Java 8 Lambda Expressions and Streams
By Marty Hall
Publisher: Pearson
Final Release Date: May 2016
Run time: 7 hours 50 minutes

6+ Hours of Video Instruction


Java 8 Lambda Expressions and Streams LiveLessons, 2nd Edition, covers the most important new features introduced in Java 8. The video training is presented by Marty Hall, a bestselling author, world-renowned instructor, and president of the training company

If you are comfortable with previous Java versions and want to learn the new Java 8 features as quickly as possible, continue on: You are in the right place. If, however, you are new to Java and want learn the full range of Java programming, but in the context of the latest version (Java 8), please see the video Learning Modern Java: A Crash Course Using Java 8 LiveLessons instead.


This LiveLessons video explains the syntax and usage of Java 8 lambda expressions, shows the prebuilt functions, covers streams thoroughly, describes best practices for the use of parallel operations, provides examples of the types of applications to which lambdas and streams are well suited, and shows how applying the power of streams can dramatically simplify file I/O.

The final version of Java 8 was released in 2014, and it is by far the most significant upgrade to the Java programming language since at least 2004, probably since Java’s inception. In general, Java 8's high-level goals were to make code more flexible, to better use multiple cores, and to more easily deal with large data sets. Specifically, there are four main reasons that it is important for existing Java programmers to know the new Java 8 features:

  • More flexible and reusable code (thanks to lambdas). Lambda expressions in Java 8 are a way of representing "functions," and their judicious use can make your code significantly more adaptable and reusable.
  • Convenience (thanks to high-level Stream methods). Streams are wrappers around collections or other data sources that use lambda expressions pervasively. They support many convenient and high-performance operations that use lambdas, including "map," "reduce," "filter," and "forEach." These methods make many types of code much simpler to write compared to the clunky and low-level Collection methods.
  • Faster and more memory-efficient code (thanks to lazy evaluation and automatic parallelization). Streams support lazy evaluation, so if you map firstName over Employees, filter ones that start with "P," then choose the first, it really only maps and filters until the first match. Streams can also be designated as parallel, so that the operations are automatically done in parallel, without any explicit multithreading code.
  • Adapt to the times. Others will be using lambdas and streams because they are standard parts of Java SE as of 2014. So, you have to learn the Java 8 features simply to be able to use and modify others’ code. Besides, once you get a taste of their power, you will want to use the new features frequently.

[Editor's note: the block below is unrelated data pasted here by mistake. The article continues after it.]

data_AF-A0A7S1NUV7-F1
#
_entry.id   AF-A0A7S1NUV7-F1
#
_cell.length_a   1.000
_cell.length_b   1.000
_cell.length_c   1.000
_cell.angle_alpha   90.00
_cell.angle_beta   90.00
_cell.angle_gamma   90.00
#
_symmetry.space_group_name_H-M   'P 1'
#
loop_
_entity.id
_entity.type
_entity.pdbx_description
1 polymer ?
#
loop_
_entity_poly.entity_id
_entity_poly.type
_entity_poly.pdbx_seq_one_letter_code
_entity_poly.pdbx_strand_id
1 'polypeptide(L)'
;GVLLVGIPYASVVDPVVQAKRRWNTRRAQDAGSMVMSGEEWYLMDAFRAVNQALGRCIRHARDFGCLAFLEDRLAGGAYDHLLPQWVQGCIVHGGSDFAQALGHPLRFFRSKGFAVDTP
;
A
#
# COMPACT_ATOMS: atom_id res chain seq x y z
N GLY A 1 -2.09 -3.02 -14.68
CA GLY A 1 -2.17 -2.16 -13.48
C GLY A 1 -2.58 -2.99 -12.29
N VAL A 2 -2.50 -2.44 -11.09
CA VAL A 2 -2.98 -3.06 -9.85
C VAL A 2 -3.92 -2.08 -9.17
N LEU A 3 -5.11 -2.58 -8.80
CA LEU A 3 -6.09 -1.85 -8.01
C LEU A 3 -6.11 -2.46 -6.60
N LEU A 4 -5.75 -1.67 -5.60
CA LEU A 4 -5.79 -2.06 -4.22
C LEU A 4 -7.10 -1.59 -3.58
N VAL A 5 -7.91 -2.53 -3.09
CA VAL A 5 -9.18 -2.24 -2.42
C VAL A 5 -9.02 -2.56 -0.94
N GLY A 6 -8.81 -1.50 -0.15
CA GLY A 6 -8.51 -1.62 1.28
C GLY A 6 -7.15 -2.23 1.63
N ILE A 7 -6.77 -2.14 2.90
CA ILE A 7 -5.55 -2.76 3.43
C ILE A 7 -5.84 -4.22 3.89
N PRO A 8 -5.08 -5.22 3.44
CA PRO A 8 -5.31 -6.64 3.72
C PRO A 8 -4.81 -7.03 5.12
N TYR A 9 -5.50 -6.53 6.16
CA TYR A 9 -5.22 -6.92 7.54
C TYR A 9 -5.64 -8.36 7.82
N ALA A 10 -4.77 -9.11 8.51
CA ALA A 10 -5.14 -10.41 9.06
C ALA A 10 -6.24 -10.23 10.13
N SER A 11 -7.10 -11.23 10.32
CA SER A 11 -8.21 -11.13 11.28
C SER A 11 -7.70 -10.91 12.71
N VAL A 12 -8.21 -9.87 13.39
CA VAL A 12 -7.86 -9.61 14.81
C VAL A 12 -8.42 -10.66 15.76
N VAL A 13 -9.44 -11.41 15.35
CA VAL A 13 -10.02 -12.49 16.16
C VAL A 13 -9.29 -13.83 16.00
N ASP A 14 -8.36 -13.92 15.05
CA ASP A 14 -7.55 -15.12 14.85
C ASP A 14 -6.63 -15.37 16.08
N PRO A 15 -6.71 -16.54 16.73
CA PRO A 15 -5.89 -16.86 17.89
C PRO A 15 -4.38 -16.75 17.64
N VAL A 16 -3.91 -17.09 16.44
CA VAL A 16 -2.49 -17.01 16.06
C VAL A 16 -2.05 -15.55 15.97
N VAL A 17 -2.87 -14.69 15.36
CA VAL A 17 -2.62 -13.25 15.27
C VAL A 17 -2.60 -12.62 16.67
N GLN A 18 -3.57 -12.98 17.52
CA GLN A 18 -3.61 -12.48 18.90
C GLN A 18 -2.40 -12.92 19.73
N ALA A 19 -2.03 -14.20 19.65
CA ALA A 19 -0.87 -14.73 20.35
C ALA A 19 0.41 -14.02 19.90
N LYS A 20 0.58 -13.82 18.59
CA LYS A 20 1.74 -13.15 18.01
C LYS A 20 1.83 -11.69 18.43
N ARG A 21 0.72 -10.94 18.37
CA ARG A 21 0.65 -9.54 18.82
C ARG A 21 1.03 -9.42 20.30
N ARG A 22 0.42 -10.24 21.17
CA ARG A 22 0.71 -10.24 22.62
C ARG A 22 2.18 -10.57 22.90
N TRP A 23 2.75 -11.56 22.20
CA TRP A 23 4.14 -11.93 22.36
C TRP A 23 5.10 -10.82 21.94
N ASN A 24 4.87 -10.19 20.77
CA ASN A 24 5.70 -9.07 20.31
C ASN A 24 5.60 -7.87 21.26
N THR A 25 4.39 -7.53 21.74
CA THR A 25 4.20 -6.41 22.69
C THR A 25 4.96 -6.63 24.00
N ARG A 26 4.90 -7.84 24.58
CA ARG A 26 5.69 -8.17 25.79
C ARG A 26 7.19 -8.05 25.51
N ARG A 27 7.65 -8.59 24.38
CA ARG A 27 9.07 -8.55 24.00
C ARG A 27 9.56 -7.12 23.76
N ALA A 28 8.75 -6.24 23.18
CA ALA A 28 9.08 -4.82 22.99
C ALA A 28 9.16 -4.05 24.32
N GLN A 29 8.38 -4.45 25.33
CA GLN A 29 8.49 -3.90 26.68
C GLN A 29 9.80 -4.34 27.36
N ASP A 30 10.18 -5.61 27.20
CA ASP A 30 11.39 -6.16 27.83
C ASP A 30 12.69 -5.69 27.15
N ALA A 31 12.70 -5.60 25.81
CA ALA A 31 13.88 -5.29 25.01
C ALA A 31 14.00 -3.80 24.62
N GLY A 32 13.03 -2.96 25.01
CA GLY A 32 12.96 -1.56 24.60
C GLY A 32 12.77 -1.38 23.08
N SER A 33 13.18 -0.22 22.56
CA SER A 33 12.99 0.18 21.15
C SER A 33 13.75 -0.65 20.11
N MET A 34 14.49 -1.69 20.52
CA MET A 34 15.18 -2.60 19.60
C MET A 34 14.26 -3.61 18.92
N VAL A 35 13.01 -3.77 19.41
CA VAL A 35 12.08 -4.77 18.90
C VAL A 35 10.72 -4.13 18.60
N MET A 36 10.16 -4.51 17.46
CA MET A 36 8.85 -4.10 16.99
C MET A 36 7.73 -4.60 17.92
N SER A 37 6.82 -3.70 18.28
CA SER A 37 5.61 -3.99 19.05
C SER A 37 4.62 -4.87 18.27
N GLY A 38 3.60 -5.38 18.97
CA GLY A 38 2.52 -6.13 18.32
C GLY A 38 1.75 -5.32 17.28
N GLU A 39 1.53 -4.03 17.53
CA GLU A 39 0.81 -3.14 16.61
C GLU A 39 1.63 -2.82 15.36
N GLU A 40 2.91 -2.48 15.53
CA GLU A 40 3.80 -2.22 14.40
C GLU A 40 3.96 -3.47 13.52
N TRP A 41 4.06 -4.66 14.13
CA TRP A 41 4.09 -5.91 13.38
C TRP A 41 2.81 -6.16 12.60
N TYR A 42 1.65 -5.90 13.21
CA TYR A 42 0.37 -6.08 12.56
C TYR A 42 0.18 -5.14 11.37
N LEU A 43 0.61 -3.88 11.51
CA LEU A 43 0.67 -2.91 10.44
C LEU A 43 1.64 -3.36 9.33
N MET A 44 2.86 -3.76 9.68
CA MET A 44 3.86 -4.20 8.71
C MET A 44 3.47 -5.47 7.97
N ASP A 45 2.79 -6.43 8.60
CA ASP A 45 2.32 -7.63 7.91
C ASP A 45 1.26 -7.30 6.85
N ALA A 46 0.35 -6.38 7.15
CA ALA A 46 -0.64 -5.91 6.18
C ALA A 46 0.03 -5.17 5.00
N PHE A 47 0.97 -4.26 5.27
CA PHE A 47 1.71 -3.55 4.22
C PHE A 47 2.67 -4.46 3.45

The source code repository for this LiveLesson can be downloaded from​tutorial. This site contains the complete source code for all examples in the video, as well as exercises and exercise solutions for each topic.

Finally, you can contact the author directly at with questions or suggestions or to inquire about customized training courses on Java EE and JavaScript topics to be held onsite at your organization.

About the Instructor

Marty Hall is president of, a training and consulting company focusing on server-side Java technology, Android development, and rich Internet apps with Ajax. In addition to long Java development and consulting experience, Marty has an extensive background in teaching and training, having given training courses on Java 8, JSF 2, PrimeFaces, Android, JavaScript, jQuery, and other Java EE topics in dozens of U.S. venues and nine other countries.

A popular and entertaining speaker, Marty has spoken at conferences and user groups around the world, including Comdex, the Web 2.0 Expo, and five times at JavaOne. Marty is also adjunct faculty in the Johns Hopkins University part-time graduate program in Computer Science, where he directs the Java and Web-related concentration areas.
Marty is also the lead author of six popular Java EE books from Pearson, including Core Servlets and JSP, and is the coauthor of the upcoming JSF 2.3 edition of Core JSF.
You can see more details on Marty's bio page.

Skill Level

  • Intermediate to Advanced

What You Will Learn

  • Syntax of lambda expressions
  • How lambdas can make your code more flexible and reusable
  • Technologies that support lambdas: the @FunctionalInterface annotation, method references, lambda scoping rules, effectively final local variables, and higher-order functions
  • Lambda building blocks from the java.util.function package
  • Using static and default methods in Java 8 interfaces
  • Building streams from arrays, lists, and individual entries
  • Outputting streams into arrays or lists
  • Core stream methods: map, filter, forEach, and so forth